Tuesday, September 18, 2012

Matthew Schroeder testimony

My name is Matthew Schroeder, and I am a convict. I was born and raised in Dallas, Texas. You have to grow up quick where I lived. I learned at a very early age that people take advantage of others. My neighborhood was not the safest place to grow up, and the things that went on around me, I just grew up thinking was normal. I realized at an early age that money made the world go around. But now I know that this is not what will make you happy in life.

I can’t exactly explain why, but I always had the fastest and easiest connections to whatever you needed. For this reason, I was the very best “middle man” you have ever seen. Anything, anytime! I never thought twice about the destruction I was causing in the lives of others. Some people will do anything for their fix, and I mean anything. I wasn’t just hurting that addict, but their families as well. But back then they were nothing but what we called Cluckers!

I became very popular, not because I was a great guy, but because I had what they wanted. After a couple of years of living this way (the "Highlife"), I was stabbed, robbed, beaten and I wanted out of this life. I needed a drastic lifestyle change, so I joined the baddest group known to man, the U.S. Marines. I moved to California. I would like to end the story here, but I can’t. I began to drink very heavily. I was getting into fights and losing control of myself. After two years, the Marines couldn’t even handle my outburst. I received an OTH, or an 'Other Than Honorable Discharge' from the service.

I continued to drink and lost control everywhere I went... Every city and every state. Ultimately, I landed myself here in prison, in a city I’ve never seen, in a state I’ve never even thought about before.

I was sentenced to 30 years, and I thought the world didn’t have a purpose for me anymore, so I came to prison thinking I was never going to leave. I treated it like I was going to war. Little did I know that it was the most dangerous battle I would ever have: The battle with myself.

After years of living what I call now the revolving door, I was doing 90 days “again” in the SHU, also known as the Segregated Housing Unit. It just hit me like a lightning bolt, this is the way I live my life. Let me tell you this is no way to live... Mad at everyone in the world. Mostly I hated, and I mean hated, myself. After this time in the SHU my life changed forever. I had to do the hardest thing ever. I had to take responsibility for my actions in life and for all the horrible decisions I have made in it. That’s when I could really start to live comfortably and even start forgiving others. That was my gateway to what I now consider my happiness. I began taking Alternatives to Violence classes and other classes that I felt would help me grow as a man.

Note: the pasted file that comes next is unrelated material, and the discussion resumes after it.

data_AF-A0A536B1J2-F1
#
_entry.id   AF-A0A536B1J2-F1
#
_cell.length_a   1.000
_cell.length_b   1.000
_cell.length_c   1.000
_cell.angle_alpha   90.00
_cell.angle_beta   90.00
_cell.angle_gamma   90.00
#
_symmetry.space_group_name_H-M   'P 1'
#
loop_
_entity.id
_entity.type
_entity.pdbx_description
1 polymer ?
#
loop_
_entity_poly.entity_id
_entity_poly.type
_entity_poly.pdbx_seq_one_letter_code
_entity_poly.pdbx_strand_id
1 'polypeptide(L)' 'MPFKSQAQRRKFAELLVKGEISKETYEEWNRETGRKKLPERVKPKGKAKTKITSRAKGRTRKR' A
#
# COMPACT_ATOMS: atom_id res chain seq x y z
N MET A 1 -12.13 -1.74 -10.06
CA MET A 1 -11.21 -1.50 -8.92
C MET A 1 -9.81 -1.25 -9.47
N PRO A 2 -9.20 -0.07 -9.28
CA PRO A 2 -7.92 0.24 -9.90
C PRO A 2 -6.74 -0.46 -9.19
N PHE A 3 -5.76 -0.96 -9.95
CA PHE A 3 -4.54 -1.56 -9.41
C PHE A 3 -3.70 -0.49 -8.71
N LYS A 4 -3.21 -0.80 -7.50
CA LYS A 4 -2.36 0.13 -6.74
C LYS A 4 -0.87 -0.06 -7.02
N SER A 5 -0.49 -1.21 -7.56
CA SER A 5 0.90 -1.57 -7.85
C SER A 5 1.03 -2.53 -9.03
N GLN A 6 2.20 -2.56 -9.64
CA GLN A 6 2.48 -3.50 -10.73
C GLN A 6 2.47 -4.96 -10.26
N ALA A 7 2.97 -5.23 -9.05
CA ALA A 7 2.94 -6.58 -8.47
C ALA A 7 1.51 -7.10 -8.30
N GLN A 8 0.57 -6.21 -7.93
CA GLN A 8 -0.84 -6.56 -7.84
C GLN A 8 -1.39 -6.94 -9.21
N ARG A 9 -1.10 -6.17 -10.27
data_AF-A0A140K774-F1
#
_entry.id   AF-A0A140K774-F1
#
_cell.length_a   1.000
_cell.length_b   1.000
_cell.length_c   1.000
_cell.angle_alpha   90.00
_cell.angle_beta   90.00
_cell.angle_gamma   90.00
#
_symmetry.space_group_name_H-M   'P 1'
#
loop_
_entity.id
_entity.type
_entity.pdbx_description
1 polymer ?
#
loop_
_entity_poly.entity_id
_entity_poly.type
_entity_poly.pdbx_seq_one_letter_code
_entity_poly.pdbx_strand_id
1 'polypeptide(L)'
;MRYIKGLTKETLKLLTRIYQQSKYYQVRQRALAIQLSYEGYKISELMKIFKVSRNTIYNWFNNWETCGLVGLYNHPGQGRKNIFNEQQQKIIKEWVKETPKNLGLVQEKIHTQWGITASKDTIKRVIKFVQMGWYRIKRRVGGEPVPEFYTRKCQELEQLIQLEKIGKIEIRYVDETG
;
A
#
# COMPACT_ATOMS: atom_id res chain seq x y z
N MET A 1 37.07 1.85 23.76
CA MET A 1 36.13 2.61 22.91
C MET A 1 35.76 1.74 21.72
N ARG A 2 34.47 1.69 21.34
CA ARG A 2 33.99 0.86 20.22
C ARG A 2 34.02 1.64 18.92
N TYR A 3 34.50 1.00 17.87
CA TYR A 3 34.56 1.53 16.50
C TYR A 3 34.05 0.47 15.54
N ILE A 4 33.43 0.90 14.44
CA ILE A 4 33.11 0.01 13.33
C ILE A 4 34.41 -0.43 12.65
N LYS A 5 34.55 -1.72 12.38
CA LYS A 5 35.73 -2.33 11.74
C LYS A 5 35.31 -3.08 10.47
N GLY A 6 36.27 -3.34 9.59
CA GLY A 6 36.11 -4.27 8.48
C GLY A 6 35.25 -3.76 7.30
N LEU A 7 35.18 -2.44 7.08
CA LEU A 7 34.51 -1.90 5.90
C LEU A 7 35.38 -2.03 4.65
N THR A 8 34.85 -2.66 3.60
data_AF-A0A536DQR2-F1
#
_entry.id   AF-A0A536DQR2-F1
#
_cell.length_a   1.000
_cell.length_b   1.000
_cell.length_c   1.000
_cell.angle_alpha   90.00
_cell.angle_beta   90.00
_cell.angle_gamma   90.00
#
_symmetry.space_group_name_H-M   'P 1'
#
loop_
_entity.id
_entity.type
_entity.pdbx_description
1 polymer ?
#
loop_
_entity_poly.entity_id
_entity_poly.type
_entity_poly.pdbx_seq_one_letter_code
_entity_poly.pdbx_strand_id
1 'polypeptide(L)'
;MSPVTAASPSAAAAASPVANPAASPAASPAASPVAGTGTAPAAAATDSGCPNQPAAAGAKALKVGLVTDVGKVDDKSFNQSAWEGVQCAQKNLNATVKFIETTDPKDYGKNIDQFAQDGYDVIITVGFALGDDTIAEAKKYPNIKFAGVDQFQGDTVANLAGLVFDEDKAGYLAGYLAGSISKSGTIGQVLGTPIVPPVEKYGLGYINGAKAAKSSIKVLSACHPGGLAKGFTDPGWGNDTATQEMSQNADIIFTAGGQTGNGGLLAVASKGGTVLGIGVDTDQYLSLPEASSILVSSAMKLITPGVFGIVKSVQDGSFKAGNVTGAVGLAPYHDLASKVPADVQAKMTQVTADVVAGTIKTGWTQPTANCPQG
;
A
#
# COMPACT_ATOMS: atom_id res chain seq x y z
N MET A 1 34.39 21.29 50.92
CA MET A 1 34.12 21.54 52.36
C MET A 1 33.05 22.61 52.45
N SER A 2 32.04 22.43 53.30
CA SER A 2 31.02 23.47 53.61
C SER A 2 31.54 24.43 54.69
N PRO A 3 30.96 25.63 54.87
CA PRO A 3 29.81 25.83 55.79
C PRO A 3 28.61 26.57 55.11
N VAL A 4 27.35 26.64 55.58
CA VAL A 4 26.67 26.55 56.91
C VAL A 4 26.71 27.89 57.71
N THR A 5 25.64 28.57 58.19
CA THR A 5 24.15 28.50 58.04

Now I volunteer. I facilitate the Alternatives to Violence classes and experiences. I have received a sentence modification from my judge and I’m currently serving only a 13-year sentence. I truly believe in myself and I know that anyone can change but they really have to want it. It’s a hard thing to do. I believe my journey in life has really just begun.

Friday, July 27, 2012

Lance Przybylski's Testimony

Some people have no problems when it comes to drinking or drugging. I’m not one of those people. And a look at the span of my life will only galvanize that statement. Almost every great turn in my life has been razed by my choices to get high.

I think it was anxiety, a sense of alienation that led me to peer pressure. I gravitated to seedy company, the outcast kids. This is where I felt a sense of belonging. It is also where I found marijuana. At 12 years old I began smoking pot, and by 14-15 it was a regular thing. By 17 it was drinking, cocaine, LSD and anything else that I could get a hold of. The thing was I didn’t see a problem, and all I wanted was more. 2 years later I became a full-blown cocaine (crack) and meth addict, not to mention an alcoholic.  And year after year it all got worse and worse.